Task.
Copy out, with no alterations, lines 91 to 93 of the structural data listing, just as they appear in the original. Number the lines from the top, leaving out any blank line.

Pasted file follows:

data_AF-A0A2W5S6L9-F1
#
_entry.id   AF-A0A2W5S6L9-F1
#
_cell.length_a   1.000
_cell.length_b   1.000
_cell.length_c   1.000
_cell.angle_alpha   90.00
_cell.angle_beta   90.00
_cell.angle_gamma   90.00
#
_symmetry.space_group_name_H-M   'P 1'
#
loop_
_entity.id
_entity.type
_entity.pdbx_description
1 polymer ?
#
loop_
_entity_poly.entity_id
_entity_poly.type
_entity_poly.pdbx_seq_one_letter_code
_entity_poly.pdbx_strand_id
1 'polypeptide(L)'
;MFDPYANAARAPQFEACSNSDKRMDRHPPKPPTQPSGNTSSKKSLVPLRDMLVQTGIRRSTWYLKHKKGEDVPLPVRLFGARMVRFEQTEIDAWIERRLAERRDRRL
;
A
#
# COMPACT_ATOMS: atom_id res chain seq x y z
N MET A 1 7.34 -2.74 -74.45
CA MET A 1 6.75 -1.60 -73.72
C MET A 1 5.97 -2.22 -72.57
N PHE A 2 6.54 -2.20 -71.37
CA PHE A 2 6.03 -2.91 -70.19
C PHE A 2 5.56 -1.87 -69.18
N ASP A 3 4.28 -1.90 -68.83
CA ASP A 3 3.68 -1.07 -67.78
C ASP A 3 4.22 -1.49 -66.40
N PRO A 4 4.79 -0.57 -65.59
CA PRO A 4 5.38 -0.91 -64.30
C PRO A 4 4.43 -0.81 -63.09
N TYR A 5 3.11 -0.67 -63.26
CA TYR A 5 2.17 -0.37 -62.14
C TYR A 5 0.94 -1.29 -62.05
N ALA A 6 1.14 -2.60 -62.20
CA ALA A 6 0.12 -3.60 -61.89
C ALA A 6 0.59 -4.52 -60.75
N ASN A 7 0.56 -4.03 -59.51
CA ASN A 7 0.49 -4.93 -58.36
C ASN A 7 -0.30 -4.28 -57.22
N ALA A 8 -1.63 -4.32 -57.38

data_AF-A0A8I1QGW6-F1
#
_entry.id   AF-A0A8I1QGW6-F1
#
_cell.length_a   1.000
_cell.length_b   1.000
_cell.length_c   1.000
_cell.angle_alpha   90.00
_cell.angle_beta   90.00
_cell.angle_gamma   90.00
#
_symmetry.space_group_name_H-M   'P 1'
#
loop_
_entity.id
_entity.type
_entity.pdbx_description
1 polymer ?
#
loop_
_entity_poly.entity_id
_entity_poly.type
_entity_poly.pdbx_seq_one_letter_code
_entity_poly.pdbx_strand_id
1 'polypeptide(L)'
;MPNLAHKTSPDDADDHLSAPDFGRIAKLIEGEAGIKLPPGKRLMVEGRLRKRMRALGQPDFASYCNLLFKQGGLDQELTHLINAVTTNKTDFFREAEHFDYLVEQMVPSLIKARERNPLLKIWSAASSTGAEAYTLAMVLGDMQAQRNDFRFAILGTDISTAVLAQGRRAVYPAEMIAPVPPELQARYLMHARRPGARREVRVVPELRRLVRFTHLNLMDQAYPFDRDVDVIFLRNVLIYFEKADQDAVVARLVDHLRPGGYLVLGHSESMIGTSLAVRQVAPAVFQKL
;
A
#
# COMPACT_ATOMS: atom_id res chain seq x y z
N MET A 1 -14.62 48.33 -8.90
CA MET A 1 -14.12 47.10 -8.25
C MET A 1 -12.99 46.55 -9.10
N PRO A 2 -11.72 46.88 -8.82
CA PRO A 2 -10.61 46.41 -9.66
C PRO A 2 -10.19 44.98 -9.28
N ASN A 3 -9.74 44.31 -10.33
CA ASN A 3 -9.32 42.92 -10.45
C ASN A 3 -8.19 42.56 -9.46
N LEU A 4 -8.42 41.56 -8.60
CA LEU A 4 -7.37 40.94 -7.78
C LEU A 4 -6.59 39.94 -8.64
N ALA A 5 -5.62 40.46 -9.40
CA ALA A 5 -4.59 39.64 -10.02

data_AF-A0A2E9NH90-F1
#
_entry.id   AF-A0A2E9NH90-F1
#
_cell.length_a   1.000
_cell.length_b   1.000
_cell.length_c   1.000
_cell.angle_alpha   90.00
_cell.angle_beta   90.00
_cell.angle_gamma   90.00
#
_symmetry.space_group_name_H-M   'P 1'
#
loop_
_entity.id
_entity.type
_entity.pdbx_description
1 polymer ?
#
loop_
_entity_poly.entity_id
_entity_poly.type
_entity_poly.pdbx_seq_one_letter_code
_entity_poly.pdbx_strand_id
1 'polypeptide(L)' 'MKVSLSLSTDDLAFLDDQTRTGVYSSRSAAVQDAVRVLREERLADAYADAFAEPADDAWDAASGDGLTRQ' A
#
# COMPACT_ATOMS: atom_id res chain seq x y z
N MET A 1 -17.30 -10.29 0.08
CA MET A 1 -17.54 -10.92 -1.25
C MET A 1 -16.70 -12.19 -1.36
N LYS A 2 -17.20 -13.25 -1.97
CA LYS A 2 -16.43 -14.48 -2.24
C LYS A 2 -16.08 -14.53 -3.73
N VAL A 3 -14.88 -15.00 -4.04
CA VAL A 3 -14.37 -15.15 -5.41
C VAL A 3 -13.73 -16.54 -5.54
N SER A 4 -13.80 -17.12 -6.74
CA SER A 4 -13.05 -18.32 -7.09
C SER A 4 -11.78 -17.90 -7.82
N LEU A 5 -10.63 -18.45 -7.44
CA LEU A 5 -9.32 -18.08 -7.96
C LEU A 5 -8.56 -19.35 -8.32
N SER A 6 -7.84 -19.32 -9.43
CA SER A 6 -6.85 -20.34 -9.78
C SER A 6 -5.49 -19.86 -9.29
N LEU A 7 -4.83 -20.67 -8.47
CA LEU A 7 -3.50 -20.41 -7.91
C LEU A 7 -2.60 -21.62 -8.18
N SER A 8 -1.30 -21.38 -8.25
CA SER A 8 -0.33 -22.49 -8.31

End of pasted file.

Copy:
C ASN A 3 -8.19 42.56 -9.46
N LEU A 4 -8.42 41.56 -8.60
CA LEU A 4 -7.37 40.94 -7.78